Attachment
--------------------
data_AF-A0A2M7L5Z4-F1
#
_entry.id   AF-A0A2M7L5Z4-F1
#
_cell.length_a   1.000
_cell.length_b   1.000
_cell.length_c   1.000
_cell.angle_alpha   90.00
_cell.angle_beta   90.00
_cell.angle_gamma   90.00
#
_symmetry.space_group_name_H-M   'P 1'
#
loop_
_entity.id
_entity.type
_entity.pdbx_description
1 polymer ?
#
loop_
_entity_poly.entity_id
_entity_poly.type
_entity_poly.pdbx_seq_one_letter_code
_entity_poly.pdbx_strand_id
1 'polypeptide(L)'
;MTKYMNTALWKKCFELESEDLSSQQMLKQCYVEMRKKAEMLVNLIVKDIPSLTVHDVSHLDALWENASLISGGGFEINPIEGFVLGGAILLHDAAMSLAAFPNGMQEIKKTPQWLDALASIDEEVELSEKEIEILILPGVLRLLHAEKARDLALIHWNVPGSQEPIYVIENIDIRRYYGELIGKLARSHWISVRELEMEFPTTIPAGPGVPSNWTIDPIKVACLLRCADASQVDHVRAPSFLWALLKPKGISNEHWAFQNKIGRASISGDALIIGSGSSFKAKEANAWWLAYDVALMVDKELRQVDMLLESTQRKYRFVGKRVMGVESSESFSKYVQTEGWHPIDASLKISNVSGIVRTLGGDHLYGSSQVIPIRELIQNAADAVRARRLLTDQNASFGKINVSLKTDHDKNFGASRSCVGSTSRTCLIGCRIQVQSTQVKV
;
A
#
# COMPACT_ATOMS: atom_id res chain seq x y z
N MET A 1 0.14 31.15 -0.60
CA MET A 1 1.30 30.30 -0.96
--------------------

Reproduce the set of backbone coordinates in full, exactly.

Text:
data_AF-A0A2M7L5Z4-F1
#
_entry.id   AF-A0A2M7L5Z4-F1
#
_cell.length_a   1.000
_cell.length_b   1.000
_cell.length_c   1.000
_cell.angle_alpha   90.00
_cell.angle_beta   90.00
_cell.angle_gamma   90.00
#
_symmetry.space_group_name_H-M   'P 1'
#
loop_
_entity.id
_entity.type
_entity.pdbx_description
1 polymer ?
#
loop_
_entity_poly.entity_id
_entity_poly.type
_entity_poly.pdbx_seq_one_letter_code
_entity_poly.pdbx_strand_id
1 'polypeptide(L)'
;MTKYMNTALWKKCFELESEDLSSQQMLKQCYVEMRKKAEMLVNLIVKDIPSLTVHDVSHLDALWENASLISGGGFEINPIEGFVLGGAILLHDAAMSLAAFPNGMQEIKKTPQWLDALASIDEEVELSEKEIEILILPGVLRLLHAEKARDLALIHWNVPGSQEPIYVIENIDIRRYYGELIGKLARSHWISVRELEMEFPTTIPAGPGVPSNWTIDPIKVACLLRCADASQVDHVRAPSFLWALLKPKGISNEHWAFQNKIGRASISGDALIIGSGSSFKAKEANAWWLAYDVALMVDKELRQVDMLLESTQRKYRFVGKRVMGVESSESFSKYVQTEGWHPIDASLKISNVSGIVRTLGGDHLYGSSQVIPIRELIQNAADAVRARRLLTDQNASFGKINVSLKTDHDKNFGASRSCVGSTSRTCLIGCRIQVQSTQVKV
;
A
#
# COMPACT_ATOMS: atom_id res chain seq x y z
N MET A 1 0.14 31.15 -0.60
CA MET A 1 1.30 30.30 -0.96